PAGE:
where, g is the acceleration of gravity, M the mass of the heavenly body, R the radius, and G the universal gravitational constant.

      As for the values of the variables in his equation, Newton theorized that G would be a constant, holding the same numerical value throughout the universe.   This universal gravitational constant would be the glue that bound together M, the mass of the object being measured, and R, its radius, and render Newton’s formula a workable equation.   Without these three values, scientists would be unable to determine the acceleration of gravity rate, g, for the heavenly body under study, and Newton’s equation would be useless, relegated to the depths of pure mathematical theory.

      In fact, the value for G wasn’t determined until 1796.   At that time Henry Cavendish derived its value as an adjunct to calculating the mass of Earth.   In the end he was able to arrive at values for Earth’s mass, M, as well as its radius, R.   He also came up with the much needed value for G, the universal gravitational constant.   He was able to accomplish so much by building upon the work of other scientists before him.

      We’ll see who those earlier scientists were and how they contributed to the world’s discoveries concerning gravity next time.

Cavendish and the Universal Gravitation Constant


Equations Used to Manipulate Torque Relative to Horsepower

Monday, July 28th, 2014

      Last time we learned that we can get more torque out of a motor by using one of two methods.   In the first method we attach a gear train to the motor, then try different gear sizes until we arrive at the desired torque for the application.   In the second method we eliminate the gear train altogether and simply use a higher horsepower motor to give us the torque we need.

      Today we’ll explore the second method.   We’ll use the equation presented in our last blog to determine torque, T, relative to a motor’s horsepower, HP, when the motor operates at a speed, n:

T = [HP ÷ n] × 63,025

      In earlier blogs in this series we employed a gear train attached to an electric motor to power a lathe.   It provided an insufficient 200 inch pounds of torque when 275 is required.   Let’s use the equation and a little algebra to see how much horsepower this motor develops if it turns at a speed of 1750 RPM, a common speed for alternating current (AC) motors:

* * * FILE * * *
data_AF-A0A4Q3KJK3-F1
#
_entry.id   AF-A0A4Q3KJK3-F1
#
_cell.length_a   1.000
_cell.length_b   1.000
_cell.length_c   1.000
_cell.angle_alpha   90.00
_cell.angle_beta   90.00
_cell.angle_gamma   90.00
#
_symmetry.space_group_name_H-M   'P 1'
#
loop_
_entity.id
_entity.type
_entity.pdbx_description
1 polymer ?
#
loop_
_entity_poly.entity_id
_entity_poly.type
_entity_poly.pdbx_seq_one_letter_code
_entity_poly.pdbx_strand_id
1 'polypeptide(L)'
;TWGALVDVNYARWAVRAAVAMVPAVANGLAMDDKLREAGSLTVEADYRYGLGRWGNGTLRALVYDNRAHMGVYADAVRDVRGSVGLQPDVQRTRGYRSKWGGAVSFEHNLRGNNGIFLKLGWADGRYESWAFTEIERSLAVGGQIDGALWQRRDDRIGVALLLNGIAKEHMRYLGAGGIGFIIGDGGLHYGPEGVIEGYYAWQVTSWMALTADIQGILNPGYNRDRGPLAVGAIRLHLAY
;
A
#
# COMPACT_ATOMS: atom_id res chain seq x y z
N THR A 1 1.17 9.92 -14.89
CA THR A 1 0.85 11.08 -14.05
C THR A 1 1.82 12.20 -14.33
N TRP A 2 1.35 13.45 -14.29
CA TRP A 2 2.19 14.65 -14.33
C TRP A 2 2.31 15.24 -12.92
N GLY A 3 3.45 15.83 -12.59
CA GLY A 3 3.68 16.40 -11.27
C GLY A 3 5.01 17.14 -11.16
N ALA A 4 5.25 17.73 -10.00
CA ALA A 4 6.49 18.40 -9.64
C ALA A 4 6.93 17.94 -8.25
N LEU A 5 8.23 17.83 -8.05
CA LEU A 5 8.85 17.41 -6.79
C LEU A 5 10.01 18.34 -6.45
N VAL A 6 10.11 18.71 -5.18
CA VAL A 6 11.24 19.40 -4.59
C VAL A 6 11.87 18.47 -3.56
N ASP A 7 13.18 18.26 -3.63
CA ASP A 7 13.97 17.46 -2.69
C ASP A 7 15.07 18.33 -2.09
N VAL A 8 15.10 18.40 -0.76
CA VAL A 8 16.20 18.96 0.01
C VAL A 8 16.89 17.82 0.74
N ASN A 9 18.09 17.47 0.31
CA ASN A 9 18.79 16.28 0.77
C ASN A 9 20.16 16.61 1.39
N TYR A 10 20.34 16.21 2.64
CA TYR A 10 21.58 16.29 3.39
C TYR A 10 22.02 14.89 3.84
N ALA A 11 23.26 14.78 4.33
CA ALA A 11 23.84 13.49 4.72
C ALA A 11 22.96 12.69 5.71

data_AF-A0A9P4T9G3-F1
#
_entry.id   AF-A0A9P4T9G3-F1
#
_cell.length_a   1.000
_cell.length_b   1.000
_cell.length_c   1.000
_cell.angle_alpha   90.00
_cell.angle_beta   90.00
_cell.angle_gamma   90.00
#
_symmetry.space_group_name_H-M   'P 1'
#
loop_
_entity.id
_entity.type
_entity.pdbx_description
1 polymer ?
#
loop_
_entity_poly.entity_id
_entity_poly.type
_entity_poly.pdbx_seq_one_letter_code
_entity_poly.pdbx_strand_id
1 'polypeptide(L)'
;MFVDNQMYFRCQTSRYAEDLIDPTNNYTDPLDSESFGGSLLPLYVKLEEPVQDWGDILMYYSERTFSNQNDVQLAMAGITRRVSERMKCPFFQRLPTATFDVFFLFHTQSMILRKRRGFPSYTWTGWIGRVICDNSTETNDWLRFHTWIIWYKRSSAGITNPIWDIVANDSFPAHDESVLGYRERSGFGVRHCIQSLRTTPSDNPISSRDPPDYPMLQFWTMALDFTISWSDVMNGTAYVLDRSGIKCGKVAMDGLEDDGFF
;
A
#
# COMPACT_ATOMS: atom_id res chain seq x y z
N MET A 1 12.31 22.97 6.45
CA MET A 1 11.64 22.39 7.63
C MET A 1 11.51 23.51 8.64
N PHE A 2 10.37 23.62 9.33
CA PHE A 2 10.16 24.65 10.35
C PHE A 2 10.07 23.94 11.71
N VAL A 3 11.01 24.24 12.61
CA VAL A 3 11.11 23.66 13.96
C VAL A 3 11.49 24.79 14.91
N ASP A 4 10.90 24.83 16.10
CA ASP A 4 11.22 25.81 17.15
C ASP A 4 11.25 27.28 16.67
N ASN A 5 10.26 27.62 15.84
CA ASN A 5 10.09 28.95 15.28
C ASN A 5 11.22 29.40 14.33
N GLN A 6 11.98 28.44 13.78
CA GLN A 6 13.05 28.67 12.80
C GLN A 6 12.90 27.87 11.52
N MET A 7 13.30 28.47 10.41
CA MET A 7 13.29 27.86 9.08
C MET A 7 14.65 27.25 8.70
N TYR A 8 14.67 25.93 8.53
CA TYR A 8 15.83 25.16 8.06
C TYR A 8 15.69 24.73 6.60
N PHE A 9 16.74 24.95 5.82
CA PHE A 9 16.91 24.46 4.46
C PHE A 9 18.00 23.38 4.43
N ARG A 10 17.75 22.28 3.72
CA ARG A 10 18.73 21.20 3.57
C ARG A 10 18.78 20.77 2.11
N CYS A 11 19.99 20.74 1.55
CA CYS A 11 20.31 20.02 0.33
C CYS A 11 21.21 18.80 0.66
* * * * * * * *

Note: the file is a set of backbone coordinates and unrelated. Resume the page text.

200 inch pounds = [HP ÷ 1750 RPM] × 63,025

200 = HP × 36.01

HP = 200 ÷ 36.01 = 5.55 horsepower

      For the purpose of our example today, let’s say we’ve nonsensically decided not to use a gear train, leaving us with no choice but to replace the underpowered motor with a more powerful one.   So let’s see what size motor we’ll need to provide us with the required horsepower of 275 inch pounds.

Electric motor torque equation

      Using the torque equation and plugging in numbers already provided our equation becomes:

275 inch pounds = [HP ÷1750 RPM] × 63,025

275 = HP × 36.01

HP = 275 ÷ 36.01 = 7.64 horsepower

      This tells us that we need to replace the 5.55 horsepower motor with a 7.65 horsepower motor.

      As you might have guessed, the higher the motor’s horsepower, the larger that motor’s size and weight — if you’re not using a gear train, that is.   Bigger, bulkier motors cost more to purchase and operate and also take up more space, which often makes them impractical to use.

      All this translates to the reality that sometimes it just makes more sense to use a gear train to provide more torque.   It’s a lot easier and cheaper to attach a gear train to a motor and manipulate its gear sizes to arrive at desired torque than it is to buy a bigger motor.

      You may have deduced by now that it’s relatively easy to get more torque.   Almost too easy.   Next time we’ll see how increased torque comes at another type of cost, the cost of speed.


The Mathematical Link Between Gears in a Gear Train

Wednesday, May 14th, 2014

      Last time we analyzed the angular relationship between the Force and Distance vectors in this simple gear train.   Today we’ll discover a commonality between the two gears in this train which will later enable us to develop individual torque calculations for them.

gears and torque

      From the illustration it’s clear that the driving gear is mechanically linked to the driven gear by their teeth.   Because they’re linked, force, and hence torque, is transmitted by way of the driving gear to the driven gear.   Knowing this we can develop a mathematical equation to link the driving gear Force vector F1 to the driven gear Force vector F2, then use that linking equation to develop a separate torque formula for each of the gears in the train.

      We learned in the previous blog in this series that F1 and F2 travel in opposite directions to each other along the same line of action.   As such, both of these Force vectors are situated in the same way so that they are each at an angle value ϴ with respect to their Distance vectors D1 and D2.   This fact allows us to build an equation with like terms, and that in turn allows us to use trigonometry to link the two force vectors into a single equation:

F = [F1 × sin(ϴ)] – [F2 × sin(ϴ)]

where F is called a resultant Force vector, so named because it represents the force that results when the dead, or inert, weight that’s present in the resisting force F2 cancels out some of the positive force of F1.

      Next week we’ll simplify our gear train illustration and delve into more math in order to develop separate torque computations for each gear in the train.